The Examiner

New Castle’s Electric Shuttle Bus Plan Hits Bump in the Road

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New Castle officials plan to explore whether the purchase of an electric vehicle to serve as a shuttle between Chappaqua Crossing and the Metro-North station during specified hours is feasible.

The Town Board last week discussed the possibility with Director of Planning Sabrina Charney Hull of applying the $100,000 Clean Energy Community grant that was approved earlier this year by the New York State Energy Research & Development Agency (NYSERDA) toward buying an 18- to 22-passenger shuttle bus or trolley. There is also the chance the town could obtain a $90,000 rebate from NYSERDA to further reduce the cost.

Estimates for the vehicles before the grant and rebate are factored in are about $250,000 for the bus and $280,000 for the trolley, Hull said.

However, there are factors that may complicate a purchase. Hull said that under the Chappaqua Crossing Findings Statement adopted in 2013, developer Summit/Greenfield is obligated to provide shuttle service between the former Reader’s Digest campus and the Chappaqua train station upon completion of the cupola building residential units and for at least two years after construction of the residential townhouse units in the property’s East Village.

The shuttle needs to operate during the morning and evening peak hours as well as during lunch service from 11:30 a.m. to 2 p.m.

The town would likely want Summit/Greenfield to contribute toward the purchase of that vehicle.

Town officials would also like a vehicle that could serve other transportation purposes when the Chappaqua Crossing shuttle is not in service. But the shuttle bus would require up to an eight-hour charge for 75 to 90 miles of travel, Hull said. That mileage could be further limited by the route’s topography and whether the vehicle’s heat or air conditioning is being used.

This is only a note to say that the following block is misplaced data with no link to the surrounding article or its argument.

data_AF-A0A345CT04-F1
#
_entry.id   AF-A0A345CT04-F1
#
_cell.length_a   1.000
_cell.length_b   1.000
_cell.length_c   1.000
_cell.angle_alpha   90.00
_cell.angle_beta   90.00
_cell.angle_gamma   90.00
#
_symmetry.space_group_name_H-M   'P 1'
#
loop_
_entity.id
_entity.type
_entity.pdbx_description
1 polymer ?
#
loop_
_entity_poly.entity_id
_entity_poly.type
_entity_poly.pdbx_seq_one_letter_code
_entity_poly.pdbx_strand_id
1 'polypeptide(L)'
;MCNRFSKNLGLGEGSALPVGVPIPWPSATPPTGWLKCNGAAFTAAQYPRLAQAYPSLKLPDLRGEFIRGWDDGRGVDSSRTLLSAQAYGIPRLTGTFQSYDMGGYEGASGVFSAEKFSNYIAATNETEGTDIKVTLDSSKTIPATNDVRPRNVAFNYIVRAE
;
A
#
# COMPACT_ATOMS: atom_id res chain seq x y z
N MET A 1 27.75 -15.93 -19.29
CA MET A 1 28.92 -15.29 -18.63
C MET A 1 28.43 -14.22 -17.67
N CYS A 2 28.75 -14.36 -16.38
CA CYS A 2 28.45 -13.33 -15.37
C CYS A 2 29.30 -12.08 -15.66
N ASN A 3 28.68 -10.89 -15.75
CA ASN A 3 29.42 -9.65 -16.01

Given the limitations and complications, board members were skeptical whether the electric vehicle would work. Councilwoman Hala Makowska said the charge time may not make it practical.

“I also feel like we’re going from a simple concept to a complex logistical arrangement and a complex legal arrangement,” Makowska said.

Officials discussed whether a hybrid vehicle would be more beneficial because of the longer distance capabilities. However, Hull said she would have to research whether New Castle would still be eligible for the Clean Energy Community grant and the NYSERDA rebate if a hybrid was purchased rather than an electric vehicle.

Councilman Jeremy Saland suggested the town could find other projects to use the money.

“There are other uses for that money that are environmentally useful and smart and valuable even if they’re not sexy, fun and exciting,” he said.

On the grant application, New Castle had listed the electric shuttle bus as its top priority with the money being applied toward decorative LED streetlamps as the town’s second choice, Hull said. She said the 63 decorative lights cost about $800,000.

Supervisor Robert Greenstein said the town’s Sustainability Advisory Board made the recommendation for the electric vehicle. He said most people see some benefit in having the shuttle if its operation could be worked out.







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